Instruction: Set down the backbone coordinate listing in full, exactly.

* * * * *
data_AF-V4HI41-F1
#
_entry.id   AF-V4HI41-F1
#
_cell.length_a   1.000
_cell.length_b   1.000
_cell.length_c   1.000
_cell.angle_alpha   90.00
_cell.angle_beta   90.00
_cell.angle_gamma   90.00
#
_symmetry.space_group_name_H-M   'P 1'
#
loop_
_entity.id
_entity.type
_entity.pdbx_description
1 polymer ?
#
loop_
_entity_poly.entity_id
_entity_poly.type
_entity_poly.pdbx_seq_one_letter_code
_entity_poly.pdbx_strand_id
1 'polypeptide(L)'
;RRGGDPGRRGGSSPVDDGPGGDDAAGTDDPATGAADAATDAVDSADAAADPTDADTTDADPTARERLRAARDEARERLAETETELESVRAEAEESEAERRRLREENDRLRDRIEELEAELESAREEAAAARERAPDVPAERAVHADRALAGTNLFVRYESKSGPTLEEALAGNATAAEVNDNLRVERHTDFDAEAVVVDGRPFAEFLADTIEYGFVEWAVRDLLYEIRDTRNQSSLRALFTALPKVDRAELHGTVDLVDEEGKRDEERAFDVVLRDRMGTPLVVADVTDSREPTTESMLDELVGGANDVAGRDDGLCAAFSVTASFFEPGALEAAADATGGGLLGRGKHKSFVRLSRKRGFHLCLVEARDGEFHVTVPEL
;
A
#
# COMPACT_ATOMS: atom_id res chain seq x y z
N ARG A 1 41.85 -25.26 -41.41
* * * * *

data_AF-V4HI41-F1
#
_entry.id   AF-V4HI41-F1
#
_cell.length_a   1.000
_cell.length_b   1.000
_cell.length_c   1.000
_cell.angle_alpha   90.00
_cell.angle_beta   90.00
_cell.angle_gamma   90.00
#
_symmetry.space_group_name_H-M   'P 1'
#
loop_
_entity.id
_entity.type
_entity.pdbx_description
1 polymer ?
#
loop_
_entity_poly.entity_id
_entity_poly.type
_entity_poly.pdbx_seq_one_letter_code
_entity_poly.pdbx_strand_id
1 'polypeptide(L)'
;RRGGDPGRRGGSSPVDDGPGGDDAAGTDDPATGAADAATDAVDSADAAADPTDADTTDADPTARERLRAARDEARERLAETETELESVRAEAEESEAERRRLREENDRLRDRIEELEAELESAREEAAAARERAPDVPAERAVHADRALAGTNLFVRYESKSGPTLEEALAGNATAAEVNDNLRVERHTDFDAEAVVVDGRPFAEFLADTIEYGFVEWAVRDLLYEIRDTRNQSSLRALFTALPKVDRAELHGTVDLVDEEGKRDEERAFDVVLRDRMGTPLVVADVTDSREPTTESMLDELVGGANDVAGRDDGLCAAFSVTASFFEPGALEAAADATGGGLLGRGKHKSFVRLSRKRGFHLCLVEARDGEFHVTVPEL
;
A
#
# COMPACT_ATOMS: atom_id res chain seq x y z
N ARG A 1 41.85 -25.26 -41.41